Pre-analysis of data
Given the potential for e-health technology to generate large volumes of data, physicians would like a “pre-analysis” of the generated information.15,38,43,56 Pre-analysis of data would include screening and processing of raw data either electronically or by hand.15,38,43 Physicians expressed that they would like to see an analysis of data rather than raw data.43 They would like to receive an alert after a certain number of reports are generated on the patient instead of continuously receiving alerts following every report of patient symptoms or treatment outcomes from pre-analysis in order to reduce alert fatigue.15,43 The generated data should also assist physicians in detecting adverse events, where possible.43
Proof of utility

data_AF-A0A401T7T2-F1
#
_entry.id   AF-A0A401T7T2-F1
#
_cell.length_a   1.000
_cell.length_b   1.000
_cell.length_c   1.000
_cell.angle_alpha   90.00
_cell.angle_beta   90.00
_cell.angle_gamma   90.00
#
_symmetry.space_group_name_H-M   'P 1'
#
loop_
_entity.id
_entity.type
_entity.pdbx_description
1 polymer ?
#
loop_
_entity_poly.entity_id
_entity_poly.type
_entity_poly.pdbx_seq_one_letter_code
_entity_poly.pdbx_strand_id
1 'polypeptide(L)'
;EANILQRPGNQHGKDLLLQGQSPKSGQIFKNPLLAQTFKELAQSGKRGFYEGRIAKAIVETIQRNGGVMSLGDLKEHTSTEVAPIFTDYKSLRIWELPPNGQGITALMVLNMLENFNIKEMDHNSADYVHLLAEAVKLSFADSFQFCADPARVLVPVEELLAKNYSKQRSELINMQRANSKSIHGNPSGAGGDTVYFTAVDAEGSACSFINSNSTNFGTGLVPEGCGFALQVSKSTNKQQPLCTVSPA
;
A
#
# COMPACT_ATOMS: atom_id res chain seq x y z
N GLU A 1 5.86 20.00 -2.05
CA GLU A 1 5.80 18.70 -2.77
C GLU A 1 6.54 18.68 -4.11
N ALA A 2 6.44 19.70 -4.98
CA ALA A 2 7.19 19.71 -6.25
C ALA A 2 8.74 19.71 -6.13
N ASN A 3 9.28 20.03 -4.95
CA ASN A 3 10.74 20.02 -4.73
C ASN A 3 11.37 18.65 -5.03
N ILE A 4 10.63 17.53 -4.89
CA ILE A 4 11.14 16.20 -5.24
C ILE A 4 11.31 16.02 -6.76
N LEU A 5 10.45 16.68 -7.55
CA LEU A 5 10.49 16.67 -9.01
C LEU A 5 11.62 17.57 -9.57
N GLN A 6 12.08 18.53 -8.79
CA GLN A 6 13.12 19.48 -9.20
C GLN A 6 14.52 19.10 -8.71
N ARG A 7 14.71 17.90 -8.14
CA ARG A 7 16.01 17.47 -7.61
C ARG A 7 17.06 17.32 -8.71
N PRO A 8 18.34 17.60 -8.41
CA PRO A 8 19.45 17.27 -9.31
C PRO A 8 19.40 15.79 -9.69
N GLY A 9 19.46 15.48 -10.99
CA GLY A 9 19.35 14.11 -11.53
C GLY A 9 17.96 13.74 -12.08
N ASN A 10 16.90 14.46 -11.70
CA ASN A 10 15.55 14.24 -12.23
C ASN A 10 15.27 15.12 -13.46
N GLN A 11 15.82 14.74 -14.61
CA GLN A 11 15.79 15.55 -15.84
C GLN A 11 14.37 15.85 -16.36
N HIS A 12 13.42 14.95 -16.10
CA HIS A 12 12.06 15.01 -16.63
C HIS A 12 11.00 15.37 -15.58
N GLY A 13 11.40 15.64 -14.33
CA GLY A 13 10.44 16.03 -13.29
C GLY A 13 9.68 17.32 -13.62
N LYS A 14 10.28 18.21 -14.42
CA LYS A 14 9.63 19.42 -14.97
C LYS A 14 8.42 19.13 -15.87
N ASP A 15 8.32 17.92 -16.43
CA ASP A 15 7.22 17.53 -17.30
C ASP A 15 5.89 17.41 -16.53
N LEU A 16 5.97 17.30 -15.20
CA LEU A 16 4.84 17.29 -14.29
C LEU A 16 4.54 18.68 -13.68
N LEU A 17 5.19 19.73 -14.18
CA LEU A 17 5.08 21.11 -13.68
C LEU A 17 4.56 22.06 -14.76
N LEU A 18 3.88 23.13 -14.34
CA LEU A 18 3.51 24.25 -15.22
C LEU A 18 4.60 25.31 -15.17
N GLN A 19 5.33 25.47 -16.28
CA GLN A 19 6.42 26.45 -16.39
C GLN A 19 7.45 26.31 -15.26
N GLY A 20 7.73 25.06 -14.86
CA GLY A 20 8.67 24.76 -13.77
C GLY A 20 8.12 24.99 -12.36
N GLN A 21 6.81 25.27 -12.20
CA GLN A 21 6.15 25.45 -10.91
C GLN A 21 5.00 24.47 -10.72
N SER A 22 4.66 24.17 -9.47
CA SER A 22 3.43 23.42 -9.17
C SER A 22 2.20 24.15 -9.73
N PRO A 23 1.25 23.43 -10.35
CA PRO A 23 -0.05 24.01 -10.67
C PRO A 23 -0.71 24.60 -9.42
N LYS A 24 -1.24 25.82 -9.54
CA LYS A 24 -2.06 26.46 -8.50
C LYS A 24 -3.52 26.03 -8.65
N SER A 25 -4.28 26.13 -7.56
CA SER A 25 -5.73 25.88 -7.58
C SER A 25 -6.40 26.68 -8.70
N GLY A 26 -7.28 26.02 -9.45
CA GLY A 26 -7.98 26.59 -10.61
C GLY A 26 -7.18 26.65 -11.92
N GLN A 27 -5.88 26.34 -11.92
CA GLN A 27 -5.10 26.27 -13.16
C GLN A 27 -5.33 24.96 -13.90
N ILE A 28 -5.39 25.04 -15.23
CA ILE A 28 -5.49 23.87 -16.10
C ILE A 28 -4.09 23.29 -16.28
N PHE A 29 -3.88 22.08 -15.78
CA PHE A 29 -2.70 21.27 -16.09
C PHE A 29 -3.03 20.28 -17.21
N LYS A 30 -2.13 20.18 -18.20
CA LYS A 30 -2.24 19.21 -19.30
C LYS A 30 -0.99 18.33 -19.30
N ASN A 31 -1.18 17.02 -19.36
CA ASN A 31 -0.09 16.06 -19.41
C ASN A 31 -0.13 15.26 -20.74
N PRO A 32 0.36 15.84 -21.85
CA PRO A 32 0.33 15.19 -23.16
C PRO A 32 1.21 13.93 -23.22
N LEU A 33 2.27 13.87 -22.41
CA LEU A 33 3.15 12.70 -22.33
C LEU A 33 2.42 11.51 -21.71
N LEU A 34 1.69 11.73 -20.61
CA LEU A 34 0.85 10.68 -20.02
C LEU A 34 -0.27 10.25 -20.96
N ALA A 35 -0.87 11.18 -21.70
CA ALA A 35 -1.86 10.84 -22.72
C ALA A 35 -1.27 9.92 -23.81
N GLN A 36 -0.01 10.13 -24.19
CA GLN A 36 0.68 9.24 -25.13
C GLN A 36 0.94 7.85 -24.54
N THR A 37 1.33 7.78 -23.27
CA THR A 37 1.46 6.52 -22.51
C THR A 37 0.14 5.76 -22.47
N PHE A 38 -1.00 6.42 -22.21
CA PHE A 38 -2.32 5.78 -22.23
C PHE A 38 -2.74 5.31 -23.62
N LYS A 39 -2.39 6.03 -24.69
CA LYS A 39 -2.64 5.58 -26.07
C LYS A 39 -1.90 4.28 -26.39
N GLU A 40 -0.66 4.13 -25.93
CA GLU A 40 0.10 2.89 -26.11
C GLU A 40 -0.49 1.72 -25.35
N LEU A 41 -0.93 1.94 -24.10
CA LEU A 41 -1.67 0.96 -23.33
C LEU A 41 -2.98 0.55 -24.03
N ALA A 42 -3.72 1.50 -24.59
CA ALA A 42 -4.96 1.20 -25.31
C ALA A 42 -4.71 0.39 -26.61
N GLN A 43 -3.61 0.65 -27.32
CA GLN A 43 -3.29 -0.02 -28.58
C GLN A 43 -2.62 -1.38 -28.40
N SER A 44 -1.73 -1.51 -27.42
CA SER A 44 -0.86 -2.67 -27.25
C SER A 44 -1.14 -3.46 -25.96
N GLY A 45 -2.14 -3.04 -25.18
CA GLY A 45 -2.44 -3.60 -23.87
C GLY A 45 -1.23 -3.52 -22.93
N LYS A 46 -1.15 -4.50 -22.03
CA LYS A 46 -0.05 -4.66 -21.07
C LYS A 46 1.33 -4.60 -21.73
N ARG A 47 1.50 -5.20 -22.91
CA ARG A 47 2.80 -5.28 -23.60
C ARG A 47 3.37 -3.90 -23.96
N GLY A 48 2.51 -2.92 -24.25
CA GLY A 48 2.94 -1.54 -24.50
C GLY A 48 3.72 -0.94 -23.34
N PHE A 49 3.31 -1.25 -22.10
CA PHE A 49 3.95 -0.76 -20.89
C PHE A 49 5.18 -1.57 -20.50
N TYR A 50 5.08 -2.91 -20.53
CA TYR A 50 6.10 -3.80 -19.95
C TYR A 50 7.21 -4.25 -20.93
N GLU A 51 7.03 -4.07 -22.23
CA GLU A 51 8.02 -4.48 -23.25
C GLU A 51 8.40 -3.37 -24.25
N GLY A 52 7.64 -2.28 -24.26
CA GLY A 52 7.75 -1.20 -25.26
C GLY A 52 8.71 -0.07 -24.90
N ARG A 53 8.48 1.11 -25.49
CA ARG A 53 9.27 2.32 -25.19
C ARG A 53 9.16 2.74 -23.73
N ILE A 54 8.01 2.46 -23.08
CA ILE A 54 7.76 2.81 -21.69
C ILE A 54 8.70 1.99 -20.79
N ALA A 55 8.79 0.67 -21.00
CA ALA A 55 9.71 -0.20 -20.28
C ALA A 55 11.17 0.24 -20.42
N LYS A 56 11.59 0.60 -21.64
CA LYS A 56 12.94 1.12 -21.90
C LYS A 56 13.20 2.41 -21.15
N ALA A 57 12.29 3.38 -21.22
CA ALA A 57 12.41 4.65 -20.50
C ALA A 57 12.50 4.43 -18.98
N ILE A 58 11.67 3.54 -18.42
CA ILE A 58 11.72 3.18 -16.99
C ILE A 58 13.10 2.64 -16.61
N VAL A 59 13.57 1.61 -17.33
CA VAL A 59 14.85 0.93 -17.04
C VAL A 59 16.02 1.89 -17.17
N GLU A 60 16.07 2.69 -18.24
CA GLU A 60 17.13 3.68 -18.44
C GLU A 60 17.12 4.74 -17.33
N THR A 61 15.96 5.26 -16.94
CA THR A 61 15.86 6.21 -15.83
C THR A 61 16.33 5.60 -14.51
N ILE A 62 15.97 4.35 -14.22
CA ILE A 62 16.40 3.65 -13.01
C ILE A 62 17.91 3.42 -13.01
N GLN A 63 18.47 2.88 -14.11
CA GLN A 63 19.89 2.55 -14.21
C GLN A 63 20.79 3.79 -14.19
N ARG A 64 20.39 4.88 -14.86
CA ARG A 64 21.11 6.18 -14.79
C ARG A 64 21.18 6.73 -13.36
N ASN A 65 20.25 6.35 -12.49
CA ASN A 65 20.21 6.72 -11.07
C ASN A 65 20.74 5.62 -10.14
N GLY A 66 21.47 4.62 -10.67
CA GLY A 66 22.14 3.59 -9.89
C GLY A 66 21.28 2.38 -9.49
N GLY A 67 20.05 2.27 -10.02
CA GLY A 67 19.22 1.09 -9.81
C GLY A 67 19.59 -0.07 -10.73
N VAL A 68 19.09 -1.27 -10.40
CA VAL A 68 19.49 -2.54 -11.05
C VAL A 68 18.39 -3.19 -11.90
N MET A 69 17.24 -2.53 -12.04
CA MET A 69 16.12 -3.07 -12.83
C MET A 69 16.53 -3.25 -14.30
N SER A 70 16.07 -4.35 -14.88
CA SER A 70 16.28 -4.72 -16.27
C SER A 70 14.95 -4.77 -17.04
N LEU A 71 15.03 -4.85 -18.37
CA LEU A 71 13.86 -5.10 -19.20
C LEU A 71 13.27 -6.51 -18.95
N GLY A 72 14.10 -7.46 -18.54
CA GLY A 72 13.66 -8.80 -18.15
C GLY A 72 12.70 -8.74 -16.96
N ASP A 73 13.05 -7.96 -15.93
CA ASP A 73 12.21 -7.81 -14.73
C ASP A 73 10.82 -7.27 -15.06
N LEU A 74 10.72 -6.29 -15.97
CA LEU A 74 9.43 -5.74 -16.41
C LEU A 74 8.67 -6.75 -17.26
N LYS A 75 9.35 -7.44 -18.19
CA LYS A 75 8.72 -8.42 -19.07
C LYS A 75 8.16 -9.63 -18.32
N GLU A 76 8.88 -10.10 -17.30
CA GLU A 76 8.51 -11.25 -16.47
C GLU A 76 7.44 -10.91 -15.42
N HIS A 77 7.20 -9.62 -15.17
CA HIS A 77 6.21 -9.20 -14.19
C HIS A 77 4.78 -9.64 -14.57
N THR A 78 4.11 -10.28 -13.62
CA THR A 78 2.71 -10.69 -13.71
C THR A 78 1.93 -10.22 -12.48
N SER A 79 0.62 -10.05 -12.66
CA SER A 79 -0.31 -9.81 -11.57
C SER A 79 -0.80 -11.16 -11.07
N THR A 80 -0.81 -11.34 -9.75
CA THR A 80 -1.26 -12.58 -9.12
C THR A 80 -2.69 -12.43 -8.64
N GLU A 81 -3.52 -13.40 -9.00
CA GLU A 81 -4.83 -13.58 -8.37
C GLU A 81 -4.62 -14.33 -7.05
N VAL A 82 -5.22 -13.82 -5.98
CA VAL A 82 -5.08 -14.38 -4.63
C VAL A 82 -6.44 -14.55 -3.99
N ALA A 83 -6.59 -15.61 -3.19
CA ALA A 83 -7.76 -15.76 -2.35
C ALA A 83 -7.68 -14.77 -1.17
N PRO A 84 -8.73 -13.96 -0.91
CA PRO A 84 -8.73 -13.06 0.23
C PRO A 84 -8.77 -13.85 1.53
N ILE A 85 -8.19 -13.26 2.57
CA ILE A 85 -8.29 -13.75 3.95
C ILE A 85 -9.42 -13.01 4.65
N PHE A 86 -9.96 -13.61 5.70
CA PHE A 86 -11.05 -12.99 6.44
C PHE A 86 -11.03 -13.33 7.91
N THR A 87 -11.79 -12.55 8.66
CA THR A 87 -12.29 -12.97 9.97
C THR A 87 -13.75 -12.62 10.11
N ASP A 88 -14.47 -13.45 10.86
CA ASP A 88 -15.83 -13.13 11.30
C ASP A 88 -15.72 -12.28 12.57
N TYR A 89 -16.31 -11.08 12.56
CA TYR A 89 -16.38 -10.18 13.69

Physicians stated that they would be more likely to utilize e-health technology if research supports its utility,17,20,27,30,42,54,55,57 mainly in reducing adverse events such as medication errors and drug interactions.43,47 One physician stated that the ability to trial the software prior to purchasing it influenced their decision to adopt the EMR system.36 As another physician stated “it will be useful if the EMR system allows my assistants to print medication labels directly off the machine and attach them to the drug bags and bottles as this can help reduce clerical and labeling errors caused by handwriting”.27 Also physicians with previous experience in using e-health technology had more of a positive attitude toward e-health technology and were more positive about integrating telehealth into their practice.15,21,27,28,50,61,70,71